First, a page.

Villages of the White Horse, 1913

on Monday, 16 April 2018. Posted in Archives, Traditions and Folklore, Wiltshire People, Wiltshire Places

“But here, on the downs, you are not compassed about with trees and boughs, and locked fast in rich meadows… Instead there are bareness, simplicity, and spaciousness, coupled with a feeling of great strength and uncontrolled freedom, an infinity of range, and an immortality of purpose.”

Alfred Williams is better known for his poetry, having gained the title ‘Hammerman Poet’ whilst working for the Great Western Railway in Swindon.

Alfred Williams (ref 2598/71)

Williams wanted to sketch a view of the people and landscape covering a whole locality rather than just one village or parish. The site was well known to him; along the ridgeway overlooking the Vale of the White Horse which extends into Oxfordshire, now part of the North Wessex Downs AONB.

Vale of the White Horse via Wikimedia Commons CC-BY-SA-3.0 – photographer Phillip Jelley

Alfred’s attempt was successful and what remains are a collection of stories and imagery that takes you from community to community over a 20 mile area. Alfred notes that the characters he writes about are exactly as he found them, and he paints a good picture, describing their clothes, their speech, their backgrounds and trades, but the picture appears to have always been so rosy… perhaps possible artistic licence makes for a more nostalgic read?

The downs are described in detail including how they were cultivated and the flora and fauna that could be found. There were also the buildings; where they were located, what they looked like and their uses. The journey is fondly itinerated, from village to village, up slopes, through thickets and coombs, beside springs. Information on the history of the locations as Alfred knew it is recorded, along with tales of poaching, thieves, smugglers and ghosts. Time was spent talking about local sports such as cockfighting and backswarding and their importance in the community, the relationship between locals and their bees, and the customs that bound these traditions together. Williams presents a unified picture of old village life with ballad sheets in every house and many songs sung in pubs; fairs and revels; village ales. He also vividly notes the changes in the area from the first threshing machine, the first train, the arrival of telegraph poles, the decline of village trades.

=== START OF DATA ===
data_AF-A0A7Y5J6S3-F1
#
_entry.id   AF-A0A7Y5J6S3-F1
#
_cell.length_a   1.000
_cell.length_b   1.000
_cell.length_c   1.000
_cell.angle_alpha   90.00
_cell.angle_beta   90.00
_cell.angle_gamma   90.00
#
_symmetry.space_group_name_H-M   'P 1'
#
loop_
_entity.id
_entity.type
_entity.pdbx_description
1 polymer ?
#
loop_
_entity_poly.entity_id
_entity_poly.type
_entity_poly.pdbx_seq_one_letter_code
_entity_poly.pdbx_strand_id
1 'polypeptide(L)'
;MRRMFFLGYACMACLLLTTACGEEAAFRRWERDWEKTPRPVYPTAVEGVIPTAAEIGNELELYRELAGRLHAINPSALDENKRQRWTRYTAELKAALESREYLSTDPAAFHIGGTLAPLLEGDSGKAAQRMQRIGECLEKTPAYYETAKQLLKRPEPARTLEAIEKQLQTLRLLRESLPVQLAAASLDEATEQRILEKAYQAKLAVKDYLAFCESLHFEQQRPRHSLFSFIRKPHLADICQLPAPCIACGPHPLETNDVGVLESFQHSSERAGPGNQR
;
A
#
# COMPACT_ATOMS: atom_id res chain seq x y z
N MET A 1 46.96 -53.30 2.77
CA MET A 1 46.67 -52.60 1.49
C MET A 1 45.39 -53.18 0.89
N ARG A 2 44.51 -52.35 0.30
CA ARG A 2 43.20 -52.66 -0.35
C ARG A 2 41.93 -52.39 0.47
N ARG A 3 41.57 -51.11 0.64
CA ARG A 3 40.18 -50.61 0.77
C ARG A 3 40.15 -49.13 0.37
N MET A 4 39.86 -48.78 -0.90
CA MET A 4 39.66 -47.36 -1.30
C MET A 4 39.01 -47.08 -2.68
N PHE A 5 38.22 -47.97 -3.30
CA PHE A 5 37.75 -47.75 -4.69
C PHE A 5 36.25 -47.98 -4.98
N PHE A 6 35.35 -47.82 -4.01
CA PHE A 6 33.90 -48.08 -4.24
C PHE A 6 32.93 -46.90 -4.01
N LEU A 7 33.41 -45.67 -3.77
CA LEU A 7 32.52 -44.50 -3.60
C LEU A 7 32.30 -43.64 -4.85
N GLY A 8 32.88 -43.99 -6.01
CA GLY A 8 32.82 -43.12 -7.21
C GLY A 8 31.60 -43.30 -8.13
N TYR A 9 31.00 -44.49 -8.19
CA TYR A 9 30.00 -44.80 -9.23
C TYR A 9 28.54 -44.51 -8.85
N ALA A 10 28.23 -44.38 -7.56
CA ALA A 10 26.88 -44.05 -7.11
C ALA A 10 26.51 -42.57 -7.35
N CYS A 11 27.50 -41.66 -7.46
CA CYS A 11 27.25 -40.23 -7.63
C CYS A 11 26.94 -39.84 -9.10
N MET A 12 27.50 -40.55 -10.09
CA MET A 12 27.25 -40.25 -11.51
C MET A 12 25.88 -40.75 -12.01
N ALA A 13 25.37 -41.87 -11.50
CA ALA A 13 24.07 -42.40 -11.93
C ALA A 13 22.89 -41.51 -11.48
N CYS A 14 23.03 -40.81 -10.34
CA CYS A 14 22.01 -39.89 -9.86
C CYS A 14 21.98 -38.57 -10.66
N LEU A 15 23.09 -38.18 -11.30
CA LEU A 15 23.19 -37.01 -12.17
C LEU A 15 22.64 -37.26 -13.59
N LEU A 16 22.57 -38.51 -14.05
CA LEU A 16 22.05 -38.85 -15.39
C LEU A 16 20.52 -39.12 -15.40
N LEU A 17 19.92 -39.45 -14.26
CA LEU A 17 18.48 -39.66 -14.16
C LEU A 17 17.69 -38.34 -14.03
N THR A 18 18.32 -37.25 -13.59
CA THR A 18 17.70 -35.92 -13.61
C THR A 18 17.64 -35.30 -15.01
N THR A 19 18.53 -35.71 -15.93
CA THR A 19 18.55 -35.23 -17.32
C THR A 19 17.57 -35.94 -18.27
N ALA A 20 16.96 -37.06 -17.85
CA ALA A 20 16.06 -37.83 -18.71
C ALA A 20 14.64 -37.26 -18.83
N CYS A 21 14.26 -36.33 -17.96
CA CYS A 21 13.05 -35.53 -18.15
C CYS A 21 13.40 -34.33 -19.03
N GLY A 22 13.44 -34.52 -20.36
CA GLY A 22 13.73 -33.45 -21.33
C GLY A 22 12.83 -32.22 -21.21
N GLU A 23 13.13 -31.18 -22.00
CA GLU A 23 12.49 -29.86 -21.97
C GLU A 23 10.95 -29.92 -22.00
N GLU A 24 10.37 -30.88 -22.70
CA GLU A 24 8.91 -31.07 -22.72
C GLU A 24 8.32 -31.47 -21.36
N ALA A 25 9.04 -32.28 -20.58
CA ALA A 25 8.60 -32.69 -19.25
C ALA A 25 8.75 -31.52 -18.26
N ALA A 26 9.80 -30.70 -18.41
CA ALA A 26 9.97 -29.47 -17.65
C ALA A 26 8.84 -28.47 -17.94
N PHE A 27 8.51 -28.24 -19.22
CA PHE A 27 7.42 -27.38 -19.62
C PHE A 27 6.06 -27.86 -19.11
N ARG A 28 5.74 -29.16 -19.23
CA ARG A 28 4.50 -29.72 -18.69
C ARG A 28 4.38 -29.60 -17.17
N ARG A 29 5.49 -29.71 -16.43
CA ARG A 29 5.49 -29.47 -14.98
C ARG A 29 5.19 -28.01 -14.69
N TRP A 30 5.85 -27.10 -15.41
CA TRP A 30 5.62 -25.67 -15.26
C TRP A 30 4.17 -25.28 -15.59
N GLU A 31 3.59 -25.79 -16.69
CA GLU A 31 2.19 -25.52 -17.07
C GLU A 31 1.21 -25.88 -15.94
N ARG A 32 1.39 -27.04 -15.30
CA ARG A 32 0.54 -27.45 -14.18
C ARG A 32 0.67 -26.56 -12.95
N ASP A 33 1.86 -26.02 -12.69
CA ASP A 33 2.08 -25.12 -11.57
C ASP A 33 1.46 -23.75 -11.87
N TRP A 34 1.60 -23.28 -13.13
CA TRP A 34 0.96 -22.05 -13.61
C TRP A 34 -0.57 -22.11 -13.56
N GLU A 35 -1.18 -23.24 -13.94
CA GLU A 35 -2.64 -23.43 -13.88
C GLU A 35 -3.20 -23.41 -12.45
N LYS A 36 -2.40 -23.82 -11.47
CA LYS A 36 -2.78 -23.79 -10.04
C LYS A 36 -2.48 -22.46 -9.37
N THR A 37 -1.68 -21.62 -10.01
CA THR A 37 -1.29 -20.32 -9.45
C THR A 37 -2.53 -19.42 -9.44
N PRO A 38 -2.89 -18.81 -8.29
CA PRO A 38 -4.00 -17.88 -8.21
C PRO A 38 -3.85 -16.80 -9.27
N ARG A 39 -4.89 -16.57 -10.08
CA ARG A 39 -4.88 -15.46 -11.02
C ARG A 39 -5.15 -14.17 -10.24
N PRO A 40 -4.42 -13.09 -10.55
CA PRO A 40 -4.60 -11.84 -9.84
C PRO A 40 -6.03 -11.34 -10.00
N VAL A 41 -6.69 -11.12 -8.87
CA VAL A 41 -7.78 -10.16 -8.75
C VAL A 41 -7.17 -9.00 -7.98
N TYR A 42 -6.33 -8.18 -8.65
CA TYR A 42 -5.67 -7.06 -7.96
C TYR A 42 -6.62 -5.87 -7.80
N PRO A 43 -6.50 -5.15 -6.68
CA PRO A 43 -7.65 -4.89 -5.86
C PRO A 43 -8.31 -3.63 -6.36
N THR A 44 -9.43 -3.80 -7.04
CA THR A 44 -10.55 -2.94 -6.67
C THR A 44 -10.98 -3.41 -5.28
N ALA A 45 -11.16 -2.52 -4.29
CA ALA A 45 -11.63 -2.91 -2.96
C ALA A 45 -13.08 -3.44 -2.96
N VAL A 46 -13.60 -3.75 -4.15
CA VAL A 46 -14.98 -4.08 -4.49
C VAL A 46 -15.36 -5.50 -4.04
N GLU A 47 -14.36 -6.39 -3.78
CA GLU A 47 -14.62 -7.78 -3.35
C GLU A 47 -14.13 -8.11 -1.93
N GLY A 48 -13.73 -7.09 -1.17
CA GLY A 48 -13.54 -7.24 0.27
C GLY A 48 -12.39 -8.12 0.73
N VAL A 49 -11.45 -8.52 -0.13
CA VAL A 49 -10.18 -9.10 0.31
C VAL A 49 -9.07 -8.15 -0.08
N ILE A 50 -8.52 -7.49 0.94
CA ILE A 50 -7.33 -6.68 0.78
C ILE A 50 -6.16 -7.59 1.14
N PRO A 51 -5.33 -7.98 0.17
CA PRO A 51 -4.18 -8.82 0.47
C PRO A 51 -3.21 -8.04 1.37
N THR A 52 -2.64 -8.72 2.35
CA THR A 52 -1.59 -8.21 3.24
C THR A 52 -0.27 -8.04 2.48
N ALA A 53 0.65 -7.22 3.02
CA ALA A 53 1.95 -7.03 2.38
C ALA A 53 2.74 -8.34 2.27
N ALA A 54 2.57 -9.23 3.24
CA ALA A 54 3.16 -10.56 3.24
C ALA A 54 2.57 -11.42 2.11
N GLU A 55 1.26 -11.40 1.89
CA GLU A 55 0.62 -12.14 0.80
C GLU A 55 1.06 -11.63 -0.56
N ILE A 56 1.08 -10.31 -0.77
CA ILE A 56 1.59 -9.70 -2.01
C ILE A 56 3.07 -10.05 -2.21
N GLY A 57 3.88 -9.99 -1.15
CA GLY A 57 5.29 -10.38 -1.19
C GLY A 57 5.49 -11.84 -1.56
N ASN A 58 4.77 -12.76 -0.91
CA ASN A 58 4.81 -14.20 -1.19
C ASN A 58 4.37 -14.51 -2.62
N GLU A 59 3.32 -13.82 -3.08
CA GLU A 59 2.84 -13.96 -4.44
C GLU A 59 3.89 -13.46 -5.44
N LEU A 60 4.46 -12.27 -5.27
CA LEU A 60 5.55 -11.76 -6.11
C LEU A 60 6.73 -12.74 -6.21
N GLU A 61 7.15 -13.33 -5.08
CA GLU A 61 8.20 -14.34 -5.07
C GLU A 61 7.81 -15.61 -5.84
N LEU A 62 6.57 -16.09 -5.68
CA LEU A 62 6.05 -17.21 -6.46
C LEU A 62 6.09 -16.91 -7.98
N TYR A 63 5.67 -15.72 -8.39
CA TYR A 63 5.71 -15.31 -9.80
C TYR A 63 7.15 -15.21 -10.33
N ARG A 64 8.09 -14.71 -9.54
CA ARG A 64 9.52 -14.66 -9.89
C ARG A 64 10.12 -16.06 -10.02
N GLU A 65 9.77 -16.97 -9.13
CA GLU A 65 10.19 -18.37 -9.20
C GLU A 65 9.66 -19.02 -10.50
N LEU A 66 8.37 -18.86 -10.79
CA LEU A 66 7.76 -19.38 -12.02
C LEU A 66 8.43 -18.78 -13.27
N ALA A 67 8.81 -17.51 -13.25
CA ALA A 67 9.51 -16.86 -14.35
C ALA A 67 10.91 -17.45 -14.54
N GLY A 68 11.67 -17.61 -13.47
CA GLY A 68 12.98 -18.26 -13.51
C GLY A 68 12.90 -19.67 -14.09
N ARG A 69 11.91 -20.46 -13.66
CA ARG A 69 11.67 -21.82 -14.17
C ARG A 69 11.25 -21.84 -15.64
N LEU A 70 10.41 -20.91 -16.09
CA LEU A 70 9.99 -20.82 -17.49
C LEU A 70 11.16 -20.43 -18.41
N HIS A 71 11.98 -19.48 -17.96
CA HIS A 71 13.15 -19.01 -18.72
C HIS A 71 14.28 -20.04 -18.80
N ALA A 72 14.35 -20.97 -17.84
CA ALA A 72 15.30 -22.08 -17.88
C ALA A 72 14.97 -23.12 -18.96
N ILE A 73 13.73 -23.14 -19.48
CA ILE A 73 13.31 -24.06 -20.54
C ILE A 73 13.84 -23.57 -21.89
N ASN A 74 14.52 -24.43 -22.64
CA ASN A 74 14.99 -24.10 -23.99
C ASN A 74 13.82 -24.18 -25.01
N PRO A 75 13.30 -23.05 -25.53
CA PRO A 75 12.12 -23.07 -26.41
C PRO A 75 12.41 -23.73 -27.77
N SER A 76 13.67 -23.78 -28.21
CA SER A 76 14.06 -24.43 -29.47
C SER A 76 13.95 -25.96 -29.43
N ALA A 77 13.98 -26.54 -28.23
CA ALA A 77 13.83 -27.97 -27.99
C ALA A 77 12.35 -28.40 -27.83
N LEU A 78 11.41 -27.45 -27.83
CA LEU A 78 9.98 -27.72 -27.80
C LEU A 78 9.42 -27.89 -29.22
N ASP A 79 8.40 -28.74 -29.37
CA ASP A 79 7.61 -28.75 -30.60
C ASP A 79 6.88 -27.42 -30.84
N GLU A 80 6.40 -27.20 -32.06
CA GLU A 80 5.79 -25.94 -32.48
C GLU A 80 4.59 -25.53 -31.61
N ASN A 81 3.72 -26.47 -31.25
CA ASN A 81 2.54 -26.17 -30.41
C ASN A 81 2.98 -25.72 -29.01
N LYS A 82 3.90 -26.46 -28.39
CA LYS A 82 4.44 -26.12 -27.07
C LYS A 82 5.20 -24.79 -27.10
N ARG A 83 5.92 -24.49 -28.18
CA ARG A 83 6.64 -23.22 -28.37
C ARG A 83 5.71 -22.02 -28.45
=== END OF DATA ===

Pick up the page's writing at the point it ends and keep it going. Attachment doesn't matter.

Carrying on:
Alfred encapsulated the lives of a number of local craftspeople such as the carter, the sawyer, the weaver, the tailor and the basket maker to name a few, describing who they were and how they worked. He also went into great depth regarding how to make certain products, from soap and candlemaking to watercress and elderflower products. Elderflower wine stood high in the estimation of the villagers. The famous north Wiltshire bacon could not be excluded.

The communities covered in the book are Broad Hinton, Wroughton, Hodson, Chiseldon, Liddington, Wanborough, Aldbourne, Baydon, Little Hinton (Hinton Parva) and Bishopstone with the hills and vales that run in between.

What a lovely way of viewing the world Alfred had. This comfortable, gentle way of writing takes you back in time to a very different kind of Wiltshire. ‘Villages of the White Horse’ brings together an evocative narrative obtained through careful observation and a genuine relationship with Wiltshire places and people. It will prove an interesting and enjoyable read for those interested in a different kind of Wiltshire, and for those whose family history draws them to these communities.

‘Villages of the White Horse’ is available to view at the Wiltshire & Swindon History Centre or via your local library, ref: AAT.910.

Julie Davis
County Local Studies Librarian

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